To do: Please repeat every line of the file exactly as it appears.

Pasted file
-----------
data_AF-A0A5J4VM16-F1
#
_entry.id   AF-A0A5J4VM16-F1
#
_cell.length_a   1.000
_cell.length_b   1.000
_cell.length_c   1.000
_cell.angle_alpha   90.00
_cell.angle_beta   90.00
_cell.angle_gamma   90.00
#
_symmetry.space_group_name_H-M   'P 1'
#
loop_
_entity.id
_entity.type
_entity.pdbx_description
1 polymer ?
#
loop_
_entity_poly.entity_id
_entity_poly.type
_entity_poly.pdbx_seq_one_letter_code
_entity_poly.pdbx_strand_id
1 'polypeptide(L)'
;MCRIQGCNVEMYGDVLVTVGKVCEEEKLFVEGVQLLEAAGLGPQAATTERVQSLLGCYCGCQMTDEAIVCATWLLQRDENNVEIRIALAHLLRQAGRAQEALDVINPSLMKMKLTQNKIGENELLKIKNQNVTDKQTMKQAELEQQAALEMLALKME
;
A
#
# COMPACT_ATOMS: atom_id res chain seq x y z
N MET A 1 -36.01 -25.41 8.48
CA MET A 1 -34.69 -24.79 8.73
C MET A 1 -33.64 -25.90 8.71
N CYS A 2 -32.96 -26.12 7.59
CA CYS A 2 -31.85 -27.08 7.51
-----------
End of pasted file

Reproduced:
data_AF-A0A5J4VM16-F1
#
_entry.id   AF-A0A5J4VM16-F1
#
_cell.length_a   1.000
_cell.length_b   1.000
_cell.length_c   1.000
_cell.angle_alpha   90.00
_cell.angle_beta   90.00
_cell.angle_gamma   90.00
#
_symmetry.space_group_name_H-M   'P 1'
#
loop_
_entity.id
_entity.type
_entity.pdbx_description
1 polymer ?
#
loop_
_entity_poly.entity_id
_entity_poly.type
_entity_poly.pdbx_seq_one_letter_code
_entity_poly.pdbx_strand_id
1 'polypeptide(L)'
;MCRIQGCNVEMYGDVLVTVGKVCEEEKLFVEGVQLLEAAGLGPQAATTERVQSLLGCYCGCQMTDEAIVCATWLLQRDENNVEIRIALAHLLRQAGRAQEALDVINPSLMKMKLTQNKIGENELLKIKNQNVTDKQTMKQAELEQQAALEMLALKME
;
A
#
# COMPACT_ATOMS: atom_id res chain seq x y z
N MET A 1 -36.01 -25.41 8.48
CA MET A 1 -34.69 -24.79 8.73
C MET A 1 -33.64 -25.90 8.71
N CYS A 2 -32.96 -26.12 7.59
CA CYS A 2 -31.85 -27.08 7.51